These forums expect a statement like “Zeno's argument is an invalid argument” to be supported by more than a “Straw man” debate - you have an obligation to present obvious points Zeno would raise not just pretend he would stand mute.
An "obvious" point Zeno would raise is
each individual subgoal takes time, and so infinitely many subgoals must take infinitely much time​
which I've already presented and invalidated in this thread. The only other "obvious" point I can imagine Zeno bringing up is
Each event in a ordered chain of events must either be the first event, or have an event immediately preceding it. Similarly for last and succeeding.​
which, incidentally, is tantamount to assuming a priori that infinite divisibility is impossible. But that's easily invalidated by pointing out there's no justification given for such an assumption. In fact, physics allows the order type chain of events can be any suborder of R.


But -- you've already rejected this method to refuting Zeno through a bit of sophistry1: you've pretended that such an argument is merely providing the other half of Zeno's contradiction rather than demonstrating an error in his reasoning. I pointed this out earlier, but you didn't bother to defend or retract your assertion. I didn't press the issue because I thought it interesting to take up another line of attack. But since you are pressing the issue, discussion cannot proceed until you address my objection.

1: Pun intended: I mean this in the pejorative sense.




As for the other line of attack -- I had assumed you were aware of some of the basic relationships between syntax and semantics: suppose we are considering whether or not a proposition P can be proven by deductive logic. One necessary condition is that P must be true in every semantic interpretation of our language -- no matter how strange or convoluted it might be. Contrapositively, if any interpretation can be constructed where P is false, then P cannot be proven deductively.

On the assumption that Peano arithmetic is consistent, I have provided an interpretation that serves as a counterexample. Furthermore, I assert that it's a 'reasonable' counterexample, on the grounds it's essentially the same as (a particular example of) the way we normally interpret the notions of 'space', 'time', and 'motion', except I have replaced the continuum R with the rational numbers.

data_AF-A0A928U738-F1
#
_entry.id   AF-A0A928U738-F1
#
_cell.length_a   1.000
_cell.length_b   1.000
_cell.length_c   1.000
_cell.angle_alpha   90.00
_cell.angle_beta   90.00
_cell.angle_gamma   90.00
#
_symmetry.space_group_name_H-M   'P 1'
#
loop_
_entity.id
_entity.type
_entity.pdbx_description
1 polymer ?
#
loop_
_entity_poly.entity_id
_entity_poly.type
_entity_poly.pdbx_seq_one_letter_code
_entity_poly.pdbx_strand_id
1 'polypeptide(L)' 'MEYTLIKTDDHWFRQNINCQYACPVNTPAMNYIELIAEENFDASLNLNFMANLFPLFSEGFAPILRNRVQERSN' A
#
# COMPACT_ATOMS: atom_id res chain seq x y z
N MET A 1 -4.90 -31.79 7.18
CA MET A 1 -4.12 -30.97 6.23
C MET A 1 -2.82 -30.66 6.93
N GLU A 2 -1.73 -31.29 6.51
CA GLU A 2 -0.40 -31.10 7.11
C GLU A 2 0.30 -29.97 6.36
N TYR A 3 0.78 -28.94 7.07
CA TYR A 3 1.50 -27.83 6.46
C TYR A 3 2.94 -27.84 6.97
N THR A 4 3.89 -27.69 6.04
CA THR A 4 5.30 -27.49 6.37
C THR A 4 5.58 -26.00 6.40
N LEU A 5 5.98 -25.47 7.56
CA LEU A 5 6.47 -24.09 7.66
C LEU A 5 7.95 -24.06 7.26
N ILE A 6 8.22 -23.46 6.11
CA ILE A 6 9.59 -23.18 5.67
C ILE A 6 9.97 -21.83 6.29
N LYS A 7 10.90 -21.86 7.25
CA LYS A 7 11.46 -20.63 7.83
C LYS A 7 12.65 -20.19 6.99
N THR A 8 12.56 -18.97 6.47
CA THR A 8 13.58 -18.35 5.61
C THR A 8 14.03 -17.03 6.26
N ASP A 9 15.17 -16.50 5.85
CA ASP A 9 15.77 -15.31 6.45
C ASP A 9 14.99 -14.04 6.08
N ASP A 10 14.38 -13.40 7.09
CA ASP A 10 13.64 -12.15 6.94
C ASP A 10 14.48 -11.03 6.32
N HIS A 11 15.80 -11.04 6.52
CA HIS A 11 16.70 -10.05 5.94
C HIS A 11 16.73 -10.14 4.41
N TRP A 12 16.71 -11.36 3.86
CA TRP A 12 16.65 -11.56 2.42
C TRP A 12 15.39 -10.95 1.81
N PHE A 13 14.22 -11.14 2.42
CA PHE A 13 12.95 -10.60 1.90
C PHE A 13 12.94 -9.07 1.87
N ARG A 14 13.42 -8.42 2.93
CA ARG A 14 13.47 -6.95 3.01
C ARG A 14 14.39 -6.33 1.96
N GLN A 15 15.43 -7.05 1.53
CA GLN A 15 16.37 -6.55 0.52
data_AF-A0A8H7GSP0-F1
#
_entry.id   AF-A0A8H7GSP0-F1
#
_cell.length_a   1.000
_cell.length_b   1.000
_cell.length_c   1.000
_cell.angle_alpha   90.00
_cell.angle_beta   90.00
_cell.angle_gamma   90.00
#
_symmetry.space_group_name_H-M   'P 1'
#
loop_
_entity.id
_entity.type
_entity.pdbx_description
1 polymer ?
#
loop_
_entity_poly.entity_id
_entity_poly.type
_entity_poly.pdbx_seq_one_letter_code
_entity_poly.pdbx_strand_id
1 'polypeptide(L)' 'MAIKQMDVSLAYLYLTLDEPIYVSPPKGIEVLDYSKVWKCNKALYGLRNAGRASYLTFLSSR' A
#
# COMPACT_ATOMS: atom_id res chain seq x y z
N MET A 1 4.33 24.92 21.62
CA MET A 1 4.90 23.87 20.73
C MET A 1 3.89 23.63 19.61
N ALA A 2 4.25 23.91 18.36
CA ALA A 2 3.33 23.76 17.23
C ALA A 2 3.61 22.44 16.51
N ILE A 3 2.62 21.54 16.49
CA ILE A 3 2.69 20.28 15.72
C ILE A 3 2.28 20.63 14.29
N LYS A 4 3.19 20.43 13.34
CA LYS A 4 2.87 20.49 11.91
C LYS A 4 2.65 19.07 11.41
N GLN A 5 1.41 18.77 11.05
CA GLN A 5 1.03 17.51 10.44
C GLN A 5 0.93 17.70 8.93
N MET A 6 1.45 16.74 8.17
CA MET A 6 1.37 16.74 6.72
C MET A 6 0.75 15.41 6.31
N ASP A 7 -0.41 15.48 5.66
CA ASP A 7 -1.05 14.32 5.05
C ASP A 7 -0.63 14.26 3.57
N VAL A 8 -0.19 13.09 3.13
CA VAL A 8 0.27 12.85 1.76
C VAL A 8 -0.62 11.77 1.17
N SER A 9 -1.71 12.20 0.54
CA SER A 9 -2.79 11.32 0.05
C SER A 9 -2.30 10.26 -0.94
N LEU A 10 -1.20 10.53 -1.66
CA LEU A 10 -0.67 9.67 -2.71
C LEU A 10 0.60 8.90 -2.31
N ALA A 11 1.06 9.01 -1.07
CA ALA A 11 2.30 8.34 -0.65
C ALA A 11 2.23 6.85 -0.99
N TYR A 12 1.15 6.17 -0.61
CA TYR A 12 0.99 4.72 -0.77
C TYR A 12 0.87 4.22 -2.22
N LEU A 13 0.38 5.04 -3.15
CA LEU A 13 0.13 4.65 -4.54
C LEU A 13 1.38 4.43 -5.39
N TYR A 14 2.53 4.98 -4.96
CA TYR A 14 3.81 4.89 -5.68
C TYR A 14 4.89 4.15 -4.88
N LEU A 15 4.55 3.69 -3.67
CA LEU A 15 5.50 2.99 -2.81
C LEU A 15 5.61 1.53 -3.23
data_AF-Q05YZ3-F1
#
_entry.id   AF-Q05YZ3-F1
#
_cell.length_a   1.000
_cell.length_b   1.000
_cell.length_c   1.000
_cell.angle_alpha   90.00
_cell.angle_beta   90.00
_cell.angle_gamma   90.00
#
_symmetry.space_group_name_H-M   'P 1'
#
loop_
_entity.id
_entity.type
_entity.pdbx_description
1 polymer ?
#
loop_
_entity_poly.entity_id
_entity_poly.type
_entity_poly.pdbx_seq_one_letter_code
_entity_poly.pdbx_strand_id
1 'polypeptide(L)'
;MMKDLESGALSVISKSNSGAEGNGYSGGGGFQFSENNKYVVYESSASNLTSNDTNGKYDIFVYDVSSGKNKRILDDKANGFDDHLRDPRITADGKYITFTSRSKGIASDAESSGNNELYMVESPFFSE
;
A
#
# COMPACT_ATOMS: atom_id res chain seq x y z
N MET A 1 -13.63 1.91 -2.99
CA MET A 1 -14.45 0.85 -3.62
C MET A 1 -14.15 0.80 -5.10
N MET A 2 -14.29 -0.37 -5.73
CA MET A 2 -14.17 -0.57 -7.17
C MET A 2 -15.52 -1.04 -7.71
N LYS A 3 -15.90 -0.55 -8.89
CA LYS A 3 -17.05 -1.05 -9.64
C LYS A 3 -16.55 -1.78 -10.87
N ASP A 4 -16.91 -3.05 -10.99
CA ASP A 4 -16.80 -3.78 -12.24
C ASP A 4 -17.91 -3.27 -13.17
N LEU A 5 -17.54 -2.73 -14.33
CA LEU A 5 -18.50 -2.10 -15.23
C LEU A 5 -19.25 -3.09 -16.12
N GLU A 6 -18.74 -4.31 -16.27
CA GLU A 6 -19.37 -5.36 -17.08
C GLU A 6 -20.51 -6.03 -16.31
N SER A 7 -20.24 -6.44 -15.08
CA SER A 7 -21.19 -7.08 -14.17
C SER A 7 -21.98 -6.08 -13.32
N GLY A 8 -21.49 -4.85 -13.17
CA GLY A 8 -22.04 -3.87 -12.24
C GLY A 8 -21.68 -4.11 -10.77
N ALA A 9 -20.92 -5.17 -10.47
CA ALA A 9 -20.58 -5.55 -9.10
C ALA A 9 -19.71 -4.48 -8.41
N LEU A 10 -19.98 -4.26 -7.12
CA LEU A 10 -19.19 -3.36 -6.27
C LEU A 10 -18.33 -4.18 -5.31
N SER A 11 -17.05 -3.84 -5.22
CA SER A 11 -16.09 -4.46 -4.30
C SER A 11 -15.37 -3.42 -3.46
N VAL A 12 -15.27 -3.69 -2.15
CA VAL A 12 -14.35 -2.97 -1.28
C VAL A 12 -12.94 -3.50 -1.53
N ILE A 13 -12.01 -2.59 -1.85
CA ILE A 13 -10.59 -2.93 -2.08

Since your argument is informal, it can never be truly refuted, because you can always surprise us at the last minute and say "Haha, this whole time I was really making the a priori assumption that motion is impossible, I just never bothered to explicitly state it!" (of course, at this point we'd all dismiss your argument as vacuous) But I can (and have) refuted the particular argument you have put forth.
 
  • #39
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Since your argument is informal, it can never be truly refuted, because you can always surprise us at the last minute and say "Haha, this whole time I was really making the a priori assumption that motion is impossible, I just never bothered to explicitly state it!" (of course, at this point we'd all dismiss your argument as vacuous) But I can (and have) refuted the particular argument you have put forth.
That is impossible – I was clear that Zeno was presenting a argument based on the a priori assumption of motion to build an absurd result. You cannot possible be so dense as to miss that point.

If you seriously think that all philosophers agree with you, then site an authority in the field and have them see to that that Wikipedia is revised based on that authority to remove the statement:

However, some philosophers insist that the deeper metaphysical questions, as raised by Zeno's paradoxes, are not addressed by the calculus. That is, while calculus tells us where and when Achilles will overtake the Tortoise, philosophers do not see how calculus takes anything away from Zeno's reasoning that concludes that this event cannot take place in the first place. Most importantly, many philosophers do not see where, according to the calculus, Zeno's reasoning goes wrong …​

Absent that I’ll only be able to logically assume you are not really serious.